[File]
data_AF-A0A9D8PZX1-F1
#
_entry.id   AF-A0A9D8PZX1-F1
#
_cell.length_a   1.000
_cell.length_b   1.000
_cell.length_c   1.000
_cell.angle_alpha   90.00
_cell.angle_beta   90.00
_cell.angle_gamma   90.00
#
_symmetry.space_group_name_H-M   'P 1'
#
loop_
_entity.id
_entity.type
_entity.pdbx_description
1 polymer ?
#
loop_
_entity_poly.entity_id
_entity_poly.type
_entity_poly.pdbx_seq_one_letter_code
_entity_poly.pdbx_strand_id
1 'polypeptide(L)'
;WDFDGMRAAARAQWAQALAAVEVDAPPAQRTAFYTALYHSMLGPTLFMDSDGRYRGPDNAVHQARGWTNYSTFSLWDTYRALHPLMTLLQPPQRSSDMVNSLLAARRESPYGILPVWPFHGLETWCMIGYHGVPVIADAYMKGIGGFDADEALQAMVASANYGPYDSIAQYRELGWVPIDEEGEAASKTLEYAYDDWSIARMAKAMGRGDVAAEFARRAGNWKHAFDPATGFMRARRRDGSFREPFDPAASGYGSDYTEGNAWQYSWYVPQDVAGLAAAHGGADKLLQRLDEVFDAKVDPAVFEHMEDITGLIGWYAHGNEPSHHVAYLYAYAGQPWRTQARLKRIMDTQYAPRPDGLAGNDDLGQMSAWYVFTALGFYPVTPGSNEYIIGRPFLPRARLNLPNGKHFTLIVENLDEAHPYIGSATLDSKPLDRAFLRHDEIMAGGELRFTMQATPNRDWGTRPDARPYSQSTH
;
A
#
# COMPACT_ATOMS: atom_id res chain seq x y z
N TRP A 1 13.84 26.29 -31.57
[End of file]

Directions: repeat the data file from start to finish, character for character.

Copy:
data_AF-A0A9D8PZX1-F1
#
_entry.id   AF-A0A9D8PZX1-F1
#
_cell.length_a   1.000
_cell.length_b   1.000
_cell.length_c   1.000
_cell.angle_alpha   90.00
_cell.angle_beta   90.00
_cell.angle_gamma   90.00
#
_symmetry.space_group_name_H-M   'P 1'
#
loop_
_entity.id
_entity.type
_entity.pdbx_description
1 polymer ?
#
loop_
_entity_poly.entity_id
_entity_poly.type
_entity_poly.pdbx_seq_one_letter_code
_entity_poly.pdbx_strand_id
1 'polypeptide(L)'
;WDFDGMRAAARAQWAQALAAVEVDAPPAQRTAFYTALYHSMLGPTLFMDSDGRYRGPDNAVHQARGWTNYSTFSLWDTYRALHPLMTLLQPPQRSSDMVNSLLAARRESPYGILPVWPFHGLETWCMIGYHGVPVIADAYMKGIGGFDADEALQAMVASANYGPYDSIAQYRELGWVPIDEEGEAASKTLEYAYDDWSIARMAKAMGRGDVAAEFARRAGNWKHAFDPATGFMRARRRDGSFREPFDPAASGYGSDYTEGNAWQYSWYVPQDVAGLAAAHGGADKLLQRLDEVFDAKVDPAVFEHMEDITGLIGWYAHGNEPSHHVAYLYAYAGQPWRTQARLKRIMDTQYAPRPDGLAGNDDLGQMSAWYVFTALGFYPVTPGSNEYIIGRPFLPRARLNLPNGKHFTLIVENLDEAHPYIGSATLDSKPLDRAFLRHDEIMAGGELRFTMQATPNRDWGTRPDARPYSQSTH
;
A
#
# COMPACT_ATOMS: atom_id res chain seq x y z
N TRP A 1 13.84 26.29 -31.57